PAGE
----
The Civil War: The First Year Told by Those Who Lived It is the first of a projected four-volume series from the Library of America, to be released annually during the war’s sesquicentennial. The series will include journalistic accounts, state papers, speeches, diaries, letters, sermons, and even poetry and songs, all of which are meant, the editors say, to offer a narrative of the war years. But if it’s narrative in conception, the first volume is largely rhetorical in content. It hovers somewhere between academic source book and the old educational TV series You Are There. Serious collectors of Civil War books will want to own it, and teachers of Civil War history will want to assign it. But the reader looking for a true narrative might be better off staying with one of the many excellent secondary and analytical histories, such as James M. McPherson’s Battle Cry of Freedom (1988).
We like to think that going back to primary sources gives us an unbiased, unmediated look at the past. Of course, Americans of 150 years ago were no strangers to editorial bias. Every opinion, even every sensory perception, recorded in the documents in The Civil War: The First Year is filtered through a writer’s ideologies. “Most of these documents were not written for publication,” observe the editors. But these private thoughts often bear the stamp of public rhetoric, showing how conscious the writers were of the narratives they were spinning. North Carolinian Catherine Edmonston, who witnessed Union attempts to resupply Fort Sumter, wrote in her diary, “The North is sowing the wind; see that ere the next generation she does not reap the Whirlwind!”
That is not to say that the texts collected in The Civil War: The First Year are uniform in genre or style. They are highly eclectic, ranging from public pronouncements to intimate family letters, from as-it-happened reporting to decades-later recollection, from calculating persuasive addresses to matter-of-fact life records.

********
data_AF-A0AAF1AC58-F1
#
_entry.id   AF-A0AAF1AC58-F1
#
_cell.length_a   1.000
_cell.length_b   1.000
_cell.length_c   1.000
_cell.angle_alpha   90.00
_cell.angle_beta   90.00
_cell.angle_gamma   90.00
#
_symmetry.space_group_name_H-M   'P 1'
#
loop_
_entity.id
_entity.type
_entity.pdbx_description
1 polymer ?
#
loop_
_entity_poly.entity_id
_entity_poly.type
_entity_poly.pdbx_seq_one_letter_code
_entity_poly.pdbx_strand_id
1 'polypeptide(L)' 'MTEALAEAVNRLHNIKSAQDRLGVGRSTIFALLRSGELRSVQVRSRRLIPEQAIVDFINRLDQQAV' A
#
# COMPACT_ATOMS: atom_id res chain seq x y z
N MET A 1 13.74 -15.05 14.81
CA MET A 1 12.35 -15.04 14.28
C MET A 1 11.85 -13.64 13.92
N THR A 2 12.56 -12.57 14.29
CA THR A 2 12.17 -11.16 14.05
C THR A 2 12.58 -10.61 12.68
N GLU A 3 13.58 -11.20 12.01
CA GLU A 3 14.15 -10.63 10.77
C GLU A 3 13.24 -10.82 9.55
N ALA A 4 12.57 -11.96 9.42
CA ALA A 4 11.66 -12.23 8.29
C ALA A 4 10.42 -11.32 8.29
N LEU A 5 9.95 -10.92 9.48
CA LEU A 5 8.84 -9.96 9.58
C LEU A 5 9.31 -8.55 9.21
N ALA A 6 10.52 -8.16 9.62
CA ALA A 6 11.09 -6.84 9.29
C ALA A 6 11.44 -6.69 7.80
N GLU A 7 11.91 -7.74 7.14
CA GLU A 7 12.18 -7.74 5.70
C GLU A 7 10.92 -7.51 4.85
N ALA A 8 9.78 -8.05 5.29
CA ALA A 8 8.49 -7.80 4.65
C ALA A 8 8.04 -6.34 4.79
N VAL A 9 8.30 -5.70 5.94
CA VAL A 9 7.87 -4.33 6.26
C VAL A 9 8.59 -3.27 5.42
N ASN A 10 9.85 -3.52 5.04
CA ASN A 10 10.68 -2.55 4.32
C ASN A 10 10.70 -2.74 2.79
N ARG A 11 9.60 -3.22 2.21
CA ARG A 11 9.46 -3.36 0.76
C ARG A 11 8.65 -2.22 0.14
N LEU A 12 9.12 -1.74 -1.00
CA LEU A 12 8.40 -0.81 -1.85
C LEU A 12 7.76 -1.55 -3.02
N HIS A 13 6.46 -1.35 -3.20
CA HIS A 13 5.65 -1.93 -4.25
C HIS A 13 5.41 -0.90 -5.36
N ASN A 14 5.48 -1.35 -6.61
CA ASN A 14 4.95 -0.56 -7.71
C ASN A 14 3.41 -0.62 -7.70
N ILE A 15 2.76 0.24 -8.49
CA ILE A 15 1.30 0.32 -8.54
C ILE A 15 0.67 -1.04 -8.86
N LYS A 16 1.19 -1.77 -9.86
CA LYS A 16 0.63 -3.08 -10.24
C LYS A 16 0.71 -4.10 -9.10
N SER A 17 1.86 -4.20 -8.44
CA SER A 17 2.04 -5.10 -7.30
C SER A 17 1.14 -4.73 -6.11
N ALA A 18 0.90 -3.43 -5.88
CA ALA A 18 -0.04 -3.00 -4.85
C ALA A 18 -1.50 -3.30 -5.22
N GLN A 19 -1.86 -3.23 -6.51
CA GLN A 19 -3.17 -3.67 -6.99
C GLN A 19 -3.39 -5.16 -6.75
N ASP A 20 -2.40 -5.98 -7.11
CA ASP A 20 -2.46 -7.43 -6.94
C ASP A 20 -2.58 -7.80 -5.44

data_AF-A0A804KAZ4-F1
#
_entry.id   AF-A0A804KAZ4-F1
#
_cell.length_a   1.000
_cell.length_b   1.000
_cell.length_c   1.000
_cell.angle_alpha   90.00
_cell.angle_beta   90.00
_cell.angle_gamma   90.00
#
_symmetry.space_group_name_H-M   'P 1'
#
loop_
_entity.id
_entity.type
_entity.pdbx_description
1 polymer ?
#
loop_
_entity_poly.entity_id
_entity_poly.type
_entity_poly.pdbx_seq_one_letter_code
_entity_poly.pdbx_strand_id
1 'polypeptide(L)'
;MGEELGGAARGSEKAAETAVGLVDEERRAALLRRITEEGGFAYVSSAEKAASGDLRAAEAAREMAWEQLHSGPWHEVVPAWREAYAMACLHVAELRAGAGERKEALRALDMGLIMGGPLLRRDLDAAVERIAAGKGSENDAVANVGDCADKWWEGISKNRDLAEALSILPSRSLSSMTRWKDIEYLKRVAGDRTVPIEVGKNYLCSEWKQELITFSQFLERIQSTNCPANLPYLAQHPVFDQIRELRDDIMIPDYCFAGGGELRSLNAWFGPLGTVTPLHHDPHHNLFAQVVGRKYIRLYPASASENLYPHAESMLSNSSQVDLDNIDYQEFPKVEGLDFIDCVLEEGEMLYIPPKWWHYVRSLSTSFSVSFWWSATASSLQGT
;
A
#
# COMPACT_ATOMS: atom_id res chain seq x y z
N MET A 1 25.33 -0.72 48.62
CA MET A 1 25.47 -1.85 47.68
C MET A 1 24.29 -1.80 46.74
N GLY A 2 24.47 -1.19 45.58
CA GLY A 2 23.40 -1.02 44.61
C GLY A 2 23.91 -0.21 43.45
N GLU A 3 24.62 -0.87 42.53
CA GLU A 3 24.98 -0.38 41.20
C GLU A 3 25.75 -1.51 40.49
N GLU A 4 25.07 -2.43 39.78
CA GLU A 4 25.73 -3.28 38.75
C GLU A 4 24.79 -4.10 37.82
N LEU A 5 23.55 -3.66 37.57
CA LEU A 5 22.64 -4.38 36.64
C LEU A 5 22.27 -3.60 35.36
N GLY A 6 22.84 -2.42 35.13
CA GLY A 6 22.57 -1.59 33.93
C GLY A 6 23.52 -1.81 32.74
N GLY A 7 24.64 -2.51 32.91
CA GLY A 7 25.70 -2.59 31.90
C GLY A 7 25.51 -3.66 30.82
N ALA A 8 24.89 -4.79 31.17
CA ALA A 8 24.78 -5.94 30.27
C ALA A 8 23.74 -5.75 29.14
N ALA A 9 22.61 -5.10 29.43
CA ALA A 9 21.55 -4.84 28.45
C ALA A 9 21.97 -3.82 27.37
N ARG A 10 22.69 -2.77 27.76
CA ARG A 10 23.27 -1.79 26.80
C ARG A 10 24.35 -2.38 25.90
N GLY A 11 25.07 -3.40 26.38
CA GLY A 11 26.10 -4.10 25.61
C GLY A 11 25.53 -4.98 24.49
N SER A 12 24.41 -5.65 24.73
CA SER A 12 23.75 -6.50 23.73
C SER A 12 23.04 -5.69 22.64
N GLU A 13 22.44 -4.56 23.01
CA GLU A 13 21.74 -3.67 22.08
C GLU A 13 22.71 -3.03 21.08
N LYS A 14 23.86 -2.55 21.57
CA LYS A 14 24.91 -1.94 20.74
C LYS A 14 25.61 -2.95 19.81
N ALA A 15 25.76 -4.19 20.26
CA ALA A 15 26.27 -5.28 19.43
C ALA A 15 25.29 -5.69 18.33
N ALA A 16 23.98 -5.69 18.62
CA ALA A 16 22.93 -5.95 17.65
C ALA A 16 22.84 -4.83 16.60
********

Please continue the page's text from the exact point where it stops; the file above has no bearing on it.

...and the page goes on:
Charles Haydon’s diary for May 1861 falls into this last category. Haydon was a sergeant in a Michigan volunteer unit, and the extracts from his diary reproduced here concern his initial deployment to a camp outside Detroit. In these few pages we get a spare sketch of the dull tension of life among men going off to war. “Nearly all the men have diarhea [sic] & several are in the hospital quite sick”: That was the overwhelming daily reality of Civil War armies. Yet in these pages Haydon never leaves Michigan, never bears witness to what we’ve come to regard as the great historical events of the war.
In contrast to Haydon’s unselfconsciousness, there’s former Union officer Abner Doubleday’s account of the fall of Fort Sumter. Doubleday published his memoirs in 1876, by which time the defense of Sumter had passed into legend. “In aiming the first gun fired against the rebellion I had no feeling of self-reproach, for I fully believed that the contest was inevitable, and was not of our seeking,” he wrote. In all likelihood, the Doubleday of 1861 was more concerned about artillery technique than justifications for deadly force. But he wasn’t journaling while he was firing.
The Civil War: The First Year shows us actors who knew they were onstage, some of whom had been scripting their parts for years. “The enemy carried out their programme” is Doubleday’s curious way of putting it. Theatrics are history too.